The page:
Tackling the burden of TB-HIV co-infection

Lwin Lwin Thant, CNS Correspondent, Myanmar
Photo credit: CNS
The deadly combination of infections by Mycobacterium TB and the Human Immunodeficiency Virus (HIV) appear as a dual epidemic concern in Myanmar. HIV/AIDS cases are reported from large urban areas. Key populations at high risk of HIV are female sex workers and their clients, men who have sex with men and people who inject drugs. Unprotected sex with female sex workers, among men who have sex with men, and among injecting drug users, is also reported to be highly risk as far as contracting HIV is concerned. In Myanmar, HIV related deaths reached their highest point at 19,000 in 2005, but have since decreased as access to anti-retroviral therapies (ART) in the public and NGO sectors of Myanmar increased after 2005. 

A recent study published in the International Journal of Tuberculosis and Lung Disease calls for urgent action to integrate anti-smoking strategies into TB, HIV and TB-HIV care. The study results showed that a decrease in tobacco use, which is a common risk factor for both these diseases, would improve TB and HIV outcomes and care. 

“We are failing people with TB and HIV if we treat smoking as a ‘to do later’ issue. Practitioners and policymakers urgently need to address smoking as part of their care for people with TB and HIV”, said Dr Angela Jackson-Morris from the Department of Tobacco Control, International Union Against Tuberculosis and Lung Disease, and lead author of the study. “Smoking is more prevalent among people with TB or HIV.  It is associated with TB infection, TB disease, and poorer outcomes for TB treatment.  People living with HIV (PLHIV) are at greater risk from tobacco-related diseases and smoking may also inhibit the effectiveness of life saving antiretroviral therapies (ART). By incorporating a set of practical measures into everyday practice we can improve the treatment outcomes of men, women and children with TB and HIV” she added. 

In Myanmar, approximately 7% of adult TB patients are co-infected with HIV. TB is the most opportunistic infection in PLHIV and active TB is detected in 70% of HIV patients. TB and HIV programmes have been established actively in some big cities but they also need to cover the rural countryside. Voluntary confidential counselling and testing, for people with TB, are provided only in very few areas. When I visited Insein Prison hospital in 2014, I found that one detained HIV patient was reluctant to be initiated on ART, even though his CD4 count was below 350, because he was afraid of the side effects of the drugs. This is just one of the many examples that prove it is necessary to provide effective and complete counselling to every PLHIV, regardless of his or her status. The more we provide correct health education about TB and HIV disease in the private and public sector, including prisons and labor camps, the quicker we can achieve better treatment outcomes for TB-HIV in Myanmar.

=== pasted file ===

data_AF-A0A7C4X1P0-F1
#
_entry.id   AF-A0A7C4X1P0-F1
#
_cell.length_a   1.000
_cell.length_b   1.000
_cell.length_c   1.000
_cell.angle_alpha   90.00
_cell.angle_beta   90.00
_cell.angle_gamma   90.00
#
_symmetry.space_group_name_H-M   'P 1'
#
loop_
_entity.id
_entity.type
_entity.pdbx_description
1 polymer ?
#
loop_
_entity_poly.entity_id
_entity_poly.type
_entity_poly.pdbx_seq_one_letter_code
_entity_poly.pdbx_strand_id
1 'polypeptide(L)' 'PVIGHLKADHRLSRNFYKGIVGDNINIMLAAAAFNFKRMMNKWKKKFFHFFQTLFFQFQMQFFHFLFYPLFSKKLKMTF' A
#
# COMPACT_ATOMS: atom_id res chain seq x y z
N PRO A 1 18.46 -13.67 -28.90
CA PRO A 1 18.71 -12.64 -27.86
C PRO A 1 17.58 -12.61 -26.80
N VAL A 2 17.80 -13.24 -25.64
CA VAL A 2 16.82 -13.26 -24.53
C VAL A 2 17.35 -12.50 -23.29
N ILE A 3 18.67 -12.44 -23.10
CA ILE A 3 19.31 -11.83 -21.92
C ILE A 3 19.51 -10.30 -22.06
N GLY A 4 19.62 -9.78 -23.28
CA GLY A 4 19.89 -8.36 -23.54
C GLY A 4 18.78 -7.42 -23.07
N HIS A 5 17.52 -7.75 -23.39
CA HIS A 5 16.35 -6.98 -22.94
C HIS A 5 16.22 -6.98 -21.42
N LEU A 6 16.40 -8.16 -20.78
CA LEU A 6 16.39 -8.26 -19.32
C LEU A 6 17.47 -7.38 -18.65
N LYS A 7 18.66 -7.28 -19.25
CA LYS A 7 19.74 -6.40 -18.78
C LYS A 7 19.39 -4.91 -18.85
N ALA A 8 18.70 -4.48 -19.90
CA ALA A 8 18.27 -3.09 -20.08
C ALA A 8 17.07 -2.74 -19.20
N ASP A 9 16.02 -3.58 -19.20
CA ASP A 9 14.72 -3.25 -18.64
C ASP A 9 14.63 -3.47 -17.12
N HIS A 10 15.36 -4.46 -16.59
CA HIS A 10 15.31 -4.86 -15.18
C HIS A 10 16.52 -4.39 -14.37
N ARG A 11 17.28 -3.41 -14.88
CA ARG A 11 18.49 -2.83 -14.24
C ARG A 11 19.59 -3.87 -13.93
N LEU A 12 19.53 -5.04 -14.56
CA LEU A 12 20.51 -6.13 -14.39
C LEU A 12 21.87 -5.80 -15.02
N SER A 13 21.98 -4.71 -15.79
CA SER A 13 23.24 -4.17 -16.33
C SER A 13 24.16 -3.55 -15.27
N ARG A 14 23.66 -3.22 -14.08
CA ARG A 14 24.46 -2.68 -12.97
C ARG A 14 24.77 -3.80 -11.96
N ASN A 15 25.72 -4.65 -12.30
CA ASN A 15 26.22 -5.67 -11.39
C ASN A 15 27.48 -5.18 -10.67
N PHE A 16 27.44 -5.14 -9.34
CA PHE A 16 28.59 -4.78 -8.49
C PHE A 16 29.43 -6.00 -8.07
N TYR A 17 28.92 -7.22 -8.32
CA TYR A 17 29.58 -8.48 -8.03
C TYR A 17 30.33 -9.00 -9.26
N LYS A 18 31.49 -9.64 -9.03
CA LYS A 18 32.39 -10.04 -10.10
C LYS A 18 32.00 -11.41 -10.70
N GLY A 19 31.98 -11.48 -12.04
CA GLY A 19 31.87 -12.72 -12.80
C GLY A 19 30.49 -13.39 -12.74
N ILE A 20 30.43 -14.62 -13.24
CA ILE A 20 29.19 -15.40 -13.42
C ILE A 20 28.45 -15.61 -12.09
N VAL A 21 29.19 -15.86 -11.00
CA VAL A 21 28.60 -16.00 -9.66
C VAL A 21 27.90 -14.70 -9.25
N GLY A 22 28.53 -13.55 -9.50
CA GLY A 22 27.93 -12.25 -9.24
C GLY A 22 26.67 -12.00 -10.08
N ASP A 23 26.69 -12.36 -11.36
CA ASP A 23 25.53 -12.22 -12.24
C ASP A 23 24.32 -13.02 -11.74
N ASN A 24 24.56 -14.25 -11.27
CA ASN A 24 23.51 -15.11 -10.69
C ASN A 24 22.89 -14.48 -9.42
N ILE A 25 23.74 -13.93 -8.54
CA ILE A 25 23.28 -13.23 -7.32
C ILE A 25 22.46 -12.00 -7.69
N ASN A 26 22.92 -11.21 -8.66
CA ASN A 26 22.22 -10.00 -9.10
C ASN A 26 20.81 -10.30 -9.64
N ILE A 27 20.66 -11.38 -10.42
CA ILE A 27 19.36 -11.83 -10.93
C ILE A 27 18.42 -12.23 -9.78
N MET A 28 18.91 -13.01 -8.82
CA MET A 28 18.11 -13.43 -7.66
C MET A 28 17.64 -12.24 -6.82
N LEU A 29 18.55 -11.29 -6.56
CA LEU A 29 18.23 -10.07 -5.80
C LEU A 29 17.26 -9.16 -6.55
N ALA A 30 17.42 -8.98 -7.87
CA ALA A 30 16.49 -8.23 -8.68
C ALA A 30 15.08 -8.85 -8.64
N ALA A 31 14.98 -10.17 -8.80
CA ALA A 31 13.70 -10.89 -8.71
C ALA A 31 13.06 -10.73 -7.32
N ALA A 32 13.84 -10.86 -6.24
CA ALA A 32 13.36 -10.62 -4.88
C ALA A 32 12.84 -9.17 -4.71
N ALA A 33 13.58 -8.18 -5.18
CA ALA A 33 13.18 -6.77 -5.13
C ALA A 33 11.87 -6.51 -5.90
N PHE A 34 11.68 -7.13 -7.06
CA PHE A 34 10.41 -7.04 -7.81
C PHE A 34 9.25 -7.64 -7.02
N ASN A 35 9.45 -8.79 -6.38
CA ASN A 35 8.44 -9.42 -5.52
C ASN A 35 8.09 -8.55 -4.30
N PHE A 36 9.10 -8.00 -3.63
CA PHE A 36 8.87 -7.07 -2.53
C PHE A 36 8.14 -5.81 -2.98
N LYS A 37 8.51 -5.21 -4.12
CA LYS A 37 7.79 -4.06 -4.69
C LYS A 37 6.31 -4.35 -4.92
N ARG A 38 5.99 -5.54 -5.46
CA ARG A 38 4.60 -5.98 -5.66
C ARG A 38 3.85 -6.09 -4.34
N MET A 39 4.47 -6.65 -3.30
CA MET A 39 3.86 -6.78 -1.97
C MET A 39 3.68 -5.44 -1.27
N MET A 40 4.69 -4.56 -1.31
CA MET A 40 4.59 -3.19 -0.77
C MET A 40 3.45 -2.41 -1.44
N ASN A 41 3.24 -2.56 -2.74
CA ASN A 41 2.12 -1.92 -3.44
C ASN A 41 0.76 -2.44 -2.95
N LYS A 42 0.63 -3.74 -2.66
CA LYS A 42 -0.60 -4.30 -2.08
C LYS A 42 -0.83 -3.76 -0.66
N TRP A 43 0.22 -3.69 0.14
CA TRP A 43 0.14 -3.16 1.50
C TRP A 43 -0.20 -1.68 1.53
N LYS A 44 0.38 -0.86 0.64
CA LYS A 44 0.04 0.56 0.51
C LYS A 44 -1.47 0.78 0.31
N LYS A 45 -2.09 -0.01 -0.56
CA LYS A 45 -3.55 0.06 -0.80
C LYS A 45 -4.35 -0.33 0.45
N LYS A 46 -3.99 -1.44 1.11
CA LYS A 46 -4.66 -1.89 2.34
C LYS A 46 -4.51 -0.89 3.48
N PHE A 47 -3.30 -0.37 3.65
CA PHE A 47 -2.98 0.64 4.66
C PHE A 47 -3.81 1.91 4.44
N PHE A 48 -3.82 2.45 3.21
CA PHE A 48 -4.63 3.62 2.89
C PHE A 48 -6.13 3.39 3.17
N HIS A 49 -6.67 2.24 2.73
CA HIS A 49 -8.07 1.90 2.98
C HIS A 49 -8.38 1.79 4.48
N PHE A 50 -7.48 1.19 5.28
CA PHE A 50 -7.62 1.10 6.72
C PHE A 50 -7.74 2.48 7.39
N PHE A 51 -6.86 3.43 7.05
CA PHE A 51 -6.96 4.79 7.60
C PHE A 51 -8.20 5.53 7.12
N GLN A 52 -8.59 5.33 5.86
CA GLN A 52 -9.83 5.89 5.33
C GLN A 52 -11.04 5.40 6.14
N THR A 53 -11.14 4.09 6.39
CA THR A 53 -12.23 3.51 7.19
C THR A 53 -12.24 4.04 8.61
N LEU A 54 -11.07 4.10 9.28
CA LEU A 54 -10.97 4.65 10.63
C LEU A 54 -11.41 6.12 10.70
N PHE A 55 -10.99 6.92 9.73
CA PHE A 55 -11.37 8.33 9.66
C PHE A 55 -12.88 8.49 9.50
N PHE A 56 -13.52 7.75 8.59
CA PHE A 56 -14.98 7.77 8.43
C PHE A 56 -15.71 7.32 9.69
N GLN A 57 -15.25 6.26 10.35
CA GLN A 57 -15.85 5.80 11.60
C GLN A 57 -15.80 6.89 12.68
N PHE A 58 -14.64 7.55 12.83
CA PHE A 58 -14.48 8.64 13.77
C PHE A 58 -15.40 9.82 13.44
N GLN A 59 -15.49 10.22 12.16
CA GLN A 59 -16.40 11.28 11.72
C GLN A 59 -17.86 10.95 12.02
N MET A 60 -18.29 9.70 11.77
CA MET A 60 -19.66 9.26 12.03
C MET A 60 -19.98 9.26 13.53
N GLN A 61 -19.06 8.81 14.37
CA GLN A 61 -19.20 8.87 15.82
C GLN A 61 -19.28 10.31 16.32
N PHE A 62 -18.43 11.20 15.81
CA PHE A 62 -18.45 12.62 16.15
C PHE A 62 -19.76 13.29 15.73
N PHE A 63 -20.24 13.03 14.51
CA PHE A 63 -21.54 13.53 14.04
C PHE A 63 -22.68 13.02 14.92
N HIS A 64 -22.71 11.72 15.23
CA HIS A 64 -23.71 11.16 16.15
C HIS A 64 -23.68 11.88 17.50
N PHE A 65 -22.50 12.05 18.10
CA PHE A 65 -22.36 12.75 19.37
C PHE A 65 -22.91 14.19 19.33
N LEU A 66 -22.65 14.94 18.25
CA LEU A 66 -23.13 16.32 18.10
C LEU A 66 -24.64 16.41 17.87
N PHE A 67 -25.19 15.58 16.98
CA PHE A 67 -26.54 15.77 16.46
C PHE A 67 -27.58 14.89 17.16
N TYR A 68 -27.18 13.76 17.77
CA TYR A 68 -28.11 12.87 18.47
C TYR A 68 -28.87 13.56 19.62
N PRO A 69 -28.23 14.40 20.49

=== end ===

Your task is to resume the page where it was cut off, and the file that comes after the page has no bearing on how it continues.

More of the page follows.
“When the patients diagnosed with TB are treated, tested for HIV and switched on to ART, regardless of their CD4 cell count, it benefits them a lot”, said a peer group volunteer from ART clinic of National AIDS Programme. 

Dr N Kumarasamy, CMO, YRGCARE Medical Centre, and Principal Investigator (Chennai) for START trial, was on the panel of experts in a webinar hosted by Citizen News Service. Speaking on the ‘Impact of ART on TB disease in resource limited settings’, he highlighted that “The HPTN 052 study showed that early ART was cost saving over a 5 years period in South Africa. In both South Africa and India, early ART was projected to be very cost-effective over a lifetime. With individual, public health, and economic benefits, there is a compelling case for early ART for sero discordant couples in resource-limited settings”.

With improved ARV drugs having fewer side effects in the market, benefits for PLHIV, who are immediately started on ART regardless of CD4 cells count, will increase more and more.

In Myanmar, ART is provided by the National AIDS Programme (NAP), and by international and local NGOs. More and more PLHIV in need have now started to receive treatment. The requirement for ART will increase, as PLHIV will live longer. When the ART guidelines are revised to follow the World Health Organization’s recommendation to start ART at CD4 count of 500 cells/mm3, then ART needs will increase more. So governments will have to ensure an uninterrupted and smooth supply of anti retroviral drugs to reach the people who need them. Also, Behaviour Changed Communication (BCC) trainings need to be held effectively and efficiently among the high risk populations.   

Lwin Lwin Thant, Citizen News Service - CNS
September 16, 2015